How Many Different Types of Wine Glasses Do You Really Need?
Danielle Sovereign

Danielle Sovereign

Aug 20, 2021 | 3 mins read
Wine Education

How Many Different Types of Wine Glasses Do You Really Need?

Different styles of wine glasses

We all have that one friend who has a wine glass for every occasion. Toasting to the new couple? She has a set of crystal champagne flutes at the ready. Uncorking a big, muscular Cab Sauv on a Friday night? She’s got beautiful hand-blown Bordeaux glasses expressly for the purpose. 

Sure it’s impressive, but you don’t need to have inherited your grandma’s Waterford stemware collection to entertain with ease and style. In fact, if you’re new to drinking wine, have limited space in your apartment, or don’t have the budget to splurge on 10 different types of wine glasses, you can get by with one—yes one!—universal, all-purpose glass. 

Says VIVANT Wine Advisor Nicole Muscari: “When in doubt I always reach for a universal wine glass. These glasses tend to have a wider bowl at the bottom to let the wine open up, and then they go slightly narrower towards the top to allow the aromas to express themselves.” Her top recommendations include the budget-friendly Schott Zwiesel Pure Cabernet Glasses and the more splurge-worthy Zalto Denk’Art Universal Glass.

On the hunt for the perfect universal glass for your collection? Read on for our tips and suggestions. 

The Features to Look For

When shopping for the perfect set, let the following three criteria be your guide: size, color, and shape.

Unless you’re sipping port or other fortified wines, you can forgo smaller glasses and upgrade to tall glasses with ample space in the bowl so that you can swirl and sniff without spilling. Smaller glasses are also impractical when it comes to appreciating the aromas of a wine, especially if you want to be able to fit the tip of your nose into the mouth of the glass. 

We love colorful stemware as much as the next person, but if you’re serious about your wine education, it’s best to pass on the vintage-era colored wine glasses. Anything that obscures the color of a wine may alter your perception of its taste and aromas.

A wine glass’s shape is one of the most important things to consider because it can have a significant influence on how you taste and smell a wine.  The golden ratio: a glass with a wide bowl that narrows to the mouth so that the wine can breathe and the aromas are concentrated toward the mouth of the glass.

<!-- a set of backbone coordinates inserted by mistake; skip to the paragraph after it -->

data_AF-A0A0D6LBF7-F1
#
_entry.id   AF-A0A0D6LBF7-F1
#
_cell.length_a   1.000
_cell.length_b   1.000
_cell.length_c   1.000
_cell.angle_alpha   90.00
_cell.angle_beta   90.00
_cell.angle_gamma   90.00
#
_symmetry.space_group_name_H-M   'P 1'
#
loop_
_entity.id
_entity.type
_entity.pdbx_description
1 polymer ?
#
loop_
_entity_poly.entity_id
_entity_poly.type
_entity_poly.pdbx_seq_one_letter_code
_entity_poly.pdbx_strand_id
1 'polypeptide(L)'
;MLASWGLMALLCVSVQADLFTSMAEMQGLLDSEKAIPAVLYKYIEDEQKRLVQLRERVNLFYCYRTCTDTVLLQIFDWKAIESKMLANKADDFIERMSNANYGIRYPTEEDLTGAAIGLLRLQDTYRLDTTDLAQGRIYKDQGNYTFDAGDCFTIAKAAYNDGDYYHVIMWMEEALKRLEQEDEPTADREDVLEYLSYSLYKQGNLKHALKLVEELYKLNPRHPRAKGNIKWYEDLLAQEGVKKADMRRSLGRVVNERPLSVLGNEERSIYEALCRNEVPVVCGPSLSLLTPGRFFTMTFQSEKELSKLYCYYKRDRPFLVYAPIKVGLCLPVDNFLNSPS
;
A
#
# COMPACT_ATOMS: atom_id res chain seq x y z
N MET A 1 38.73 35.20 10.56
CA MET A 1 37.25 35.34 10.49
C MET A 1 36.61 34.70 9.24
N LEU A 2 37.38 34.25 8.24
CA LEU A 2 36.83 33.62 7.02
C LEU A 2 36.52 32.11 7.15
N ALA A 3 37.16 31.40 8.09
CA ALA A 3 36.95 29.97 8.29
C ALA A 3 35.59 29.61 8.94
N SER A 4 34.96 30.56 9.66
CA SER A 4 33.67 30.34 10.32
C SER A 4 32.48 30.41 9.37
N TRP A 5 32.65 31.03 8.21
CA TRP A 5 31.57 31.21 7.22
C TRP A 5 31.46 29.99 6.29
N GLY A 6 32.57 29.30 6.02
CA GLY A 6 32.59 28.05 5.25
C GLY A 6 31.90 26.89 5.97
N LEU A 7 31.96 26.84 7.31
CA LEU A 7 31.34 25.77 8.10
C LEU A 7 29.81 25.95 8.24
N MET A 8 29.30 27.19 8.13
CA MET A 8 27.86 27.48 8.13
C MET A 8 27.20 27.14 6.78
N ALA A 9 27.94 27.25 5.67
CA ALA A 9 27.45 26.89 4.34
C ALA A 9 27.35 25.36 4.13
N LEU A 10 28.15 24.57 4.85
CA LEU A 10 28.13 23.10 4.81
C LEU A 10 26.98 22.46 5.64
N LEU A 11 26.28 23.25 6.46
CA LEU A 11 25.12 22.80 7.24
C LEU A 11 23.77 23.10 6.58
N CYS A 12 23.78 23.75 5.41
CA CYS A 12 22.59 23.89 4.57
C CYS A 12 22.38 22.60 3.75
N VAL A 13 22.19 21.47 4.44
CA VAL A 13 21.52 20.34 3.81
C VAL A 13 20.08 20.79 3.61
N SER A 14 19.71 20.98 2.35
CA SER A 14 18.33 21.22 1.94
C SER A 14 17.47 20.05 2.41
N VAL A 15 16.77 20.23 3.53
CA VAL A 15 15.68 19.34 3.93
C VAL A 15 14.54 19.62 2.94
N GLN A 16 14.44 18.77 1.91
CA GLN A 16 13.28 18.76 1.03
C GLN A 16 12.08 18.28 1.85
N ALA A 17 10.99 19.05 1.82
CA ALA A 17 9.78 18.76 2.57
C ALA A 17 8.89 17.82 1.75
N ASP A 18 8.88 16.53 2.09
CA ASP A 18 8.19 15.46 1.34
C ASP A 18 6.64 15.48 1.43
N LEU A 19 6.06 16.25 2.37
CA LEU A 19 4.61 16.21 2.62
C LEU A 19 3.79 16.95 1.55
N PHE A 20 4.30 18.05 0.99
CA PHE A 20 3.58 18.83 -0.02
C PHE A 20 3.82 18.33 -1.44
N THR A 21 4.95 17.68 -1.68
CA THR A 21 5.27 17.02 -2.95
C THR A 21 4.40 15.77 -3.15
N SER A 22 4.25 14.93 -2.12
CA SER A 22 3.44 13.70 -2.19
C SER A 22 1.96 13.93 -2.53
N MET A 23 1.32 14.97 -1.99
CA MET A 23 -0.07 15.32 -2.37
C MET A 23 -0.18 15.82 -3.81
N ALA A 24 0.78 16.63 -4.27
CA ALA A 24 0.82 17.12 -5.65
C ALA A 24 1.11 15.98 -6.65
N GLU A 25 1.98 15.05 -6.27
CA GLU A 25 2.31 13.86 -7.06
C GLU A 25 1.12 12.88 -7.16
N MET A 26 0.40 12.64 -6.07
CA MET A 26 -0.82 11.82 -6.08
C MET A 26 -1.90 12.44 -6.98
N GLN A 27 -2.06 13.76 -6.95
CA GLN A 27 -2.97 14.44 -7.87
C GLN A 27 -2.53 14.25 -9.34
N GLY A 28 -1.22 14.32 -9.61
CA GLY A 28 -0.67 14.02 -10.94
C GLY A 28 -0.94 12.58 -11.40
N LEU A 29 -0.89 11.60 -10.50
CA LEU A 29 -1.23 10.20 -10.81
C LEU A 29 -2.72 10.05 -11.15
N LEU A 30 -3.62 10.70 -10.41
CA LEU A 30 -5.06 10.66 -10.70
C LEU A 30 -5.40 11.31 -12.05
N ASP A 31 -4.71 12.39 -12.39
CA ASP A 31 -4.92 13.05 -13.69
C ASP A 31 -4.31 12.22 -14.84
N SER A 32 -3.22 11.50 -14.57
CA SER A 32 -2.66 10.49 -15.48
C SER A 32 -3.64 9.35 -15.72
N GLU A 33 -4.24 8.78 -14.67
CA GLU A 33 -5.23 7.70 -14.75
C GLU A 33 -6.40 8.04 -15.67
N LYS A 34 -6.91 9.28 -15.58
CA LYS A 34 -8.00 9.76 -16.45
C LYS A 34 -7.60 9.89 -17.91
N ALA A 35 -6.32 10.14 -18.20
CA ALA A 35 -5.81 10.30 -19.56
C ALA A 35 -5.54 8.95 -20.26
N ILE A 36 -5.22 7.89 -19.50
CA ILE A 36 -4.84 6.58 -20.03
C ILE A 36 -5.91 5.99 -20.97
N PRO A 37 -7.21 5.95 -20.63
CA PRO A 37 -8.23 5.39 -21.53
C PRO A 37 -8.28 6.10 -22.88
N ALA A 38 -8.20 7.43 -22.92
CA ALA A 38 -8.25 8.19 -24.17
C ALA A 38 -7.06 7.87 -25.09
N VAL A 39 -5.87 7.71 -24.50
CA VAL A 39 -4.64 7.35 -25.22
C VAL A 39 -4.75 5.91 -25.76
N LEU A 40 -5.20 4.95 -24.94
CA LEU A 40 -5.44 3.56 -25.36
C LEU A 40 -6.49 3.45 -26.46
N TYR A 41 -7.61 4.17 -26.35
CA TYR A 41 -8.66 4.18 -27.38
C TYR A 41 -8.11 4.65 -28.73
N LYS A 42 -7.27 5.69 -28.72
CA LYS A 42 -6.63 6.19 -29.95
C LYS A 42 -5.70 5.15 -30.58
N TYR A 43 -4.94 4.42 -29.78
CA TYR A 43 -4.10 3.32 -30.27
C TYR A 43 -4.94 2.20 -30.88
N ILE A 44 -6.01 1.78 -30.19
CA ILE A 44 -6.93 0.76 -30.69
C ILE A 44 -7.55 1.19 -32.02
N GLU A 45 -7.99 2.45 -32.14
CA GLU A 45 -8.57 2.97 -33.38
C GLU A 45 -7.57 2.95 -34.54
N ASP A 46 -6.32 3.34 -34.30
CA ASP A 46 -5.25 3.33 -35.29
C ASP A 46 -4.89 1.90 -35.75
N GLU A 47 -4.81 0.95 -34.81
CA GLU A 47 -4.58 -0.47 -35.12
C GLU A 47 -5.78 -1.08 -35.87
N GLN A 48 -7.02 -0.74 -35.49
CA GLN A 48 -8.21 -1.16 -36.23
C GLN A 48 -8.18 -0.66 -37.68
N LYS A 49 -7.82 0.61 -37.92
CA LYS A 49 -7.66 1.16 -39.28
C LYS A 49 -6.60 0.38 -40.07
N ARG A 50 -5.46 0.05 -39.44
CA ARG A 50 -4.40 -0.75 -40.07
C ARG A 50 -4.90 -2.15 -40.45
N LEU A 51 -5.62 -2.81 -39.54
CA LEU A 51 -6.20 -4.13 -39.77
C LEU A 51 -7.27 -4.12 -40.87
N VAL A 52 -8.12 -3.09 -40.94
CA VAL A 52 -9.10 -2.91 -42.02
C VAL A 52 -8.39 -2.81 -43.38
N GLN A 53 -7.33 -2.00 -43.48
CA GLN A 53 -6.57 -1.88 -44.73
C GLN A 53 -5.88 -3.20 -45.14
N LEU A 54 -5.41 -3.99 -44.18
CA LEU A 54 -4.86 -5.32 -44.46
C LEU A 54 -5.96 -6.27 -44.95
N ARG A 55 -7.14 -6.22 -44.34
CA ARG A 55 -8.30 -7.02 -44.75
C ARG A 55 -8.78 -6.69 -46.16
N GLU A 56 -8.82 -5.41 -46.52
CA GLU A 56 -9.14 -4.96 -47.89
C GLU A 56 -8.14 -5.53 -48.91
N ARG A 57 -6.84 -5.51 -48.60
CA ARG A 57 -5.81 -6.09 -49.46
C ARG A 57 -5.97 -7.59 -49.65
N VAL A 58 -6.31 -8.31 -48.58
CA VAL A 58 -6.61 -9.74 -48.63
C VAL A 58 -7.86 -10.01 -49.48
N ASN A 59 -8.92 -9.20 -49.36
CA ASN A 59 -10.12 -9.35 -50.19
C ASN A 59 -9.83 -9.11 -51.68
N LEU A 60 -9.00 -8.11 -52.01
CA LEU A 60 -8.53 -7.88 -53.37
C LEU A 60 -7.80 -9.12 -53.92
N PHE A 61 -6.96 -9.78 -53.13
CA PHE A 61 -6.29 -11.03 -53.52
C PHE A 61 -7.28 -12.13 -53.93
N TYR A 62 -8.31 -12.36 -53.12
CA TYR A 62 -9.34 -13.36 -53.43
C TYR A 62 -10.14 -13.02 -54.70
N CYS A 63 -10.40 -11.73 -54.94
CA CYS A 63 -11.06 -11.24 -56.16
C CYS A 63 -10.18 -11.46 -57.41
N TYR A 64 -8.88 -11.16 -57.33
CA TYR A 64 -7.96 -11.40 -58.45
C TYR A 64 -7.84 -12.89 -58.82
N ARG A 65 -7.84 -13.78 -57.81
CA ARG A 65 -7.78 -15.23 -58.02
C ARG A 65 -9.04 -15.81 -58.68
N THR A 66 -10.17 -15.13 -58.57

universal wine glass shape

Some folks will argue that each varietal or style of wine deserves its own glass, which is how the Burgundy, Bordeaux, Chardonnay, and Riesling glasses came to be. While it is true that the glass you drink out of does in fact influence your perception of a wine, you can’t go wrong with a universal glass—even for Champagne. 

What About Bubbly? 

While we love the svelte silhouette of a champagne flute, their narrow base and wide mouth are not ideal if you want to maximize your favorite sparkling wine’s aromas. If you don’t want to sacrifice the elegance of a flute or the aromas of the bubbly, we highly recommend swapping the flute for a tulip-shaped glass. Tall, elongated and narrower at the mouth than in the middle of the bowl, this shape holds the bubbles in the wine instead of letting them escape the way a flute’s wide mouth does. 

We recommend the Riedel Extreme Champagne/Rose Wine Glasses and the higher-end Zalto Denk’Art Champagne glass

If you are simply tasting a sparkling wine or plan to drink it rather quickly (no judgement) you can also opt for the Universal glass. According to Nicole, “Many people don’t realize they’re also great for sparkling wine. Although the bubbles don’t have the longevity as they would in a flute, you’re able to really get your nose in there and decipher all of the complex aromas.”

So there you have it: Less can actually be more when it comes to glassware. However, if you find that you have the time, the means, and curiosity, it can be worthwhile to try tasting the same wine from different glassware, just to see how it changes your perceptions of its notes and aromas.

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Danielle Sovereign

Danielle Sovereign

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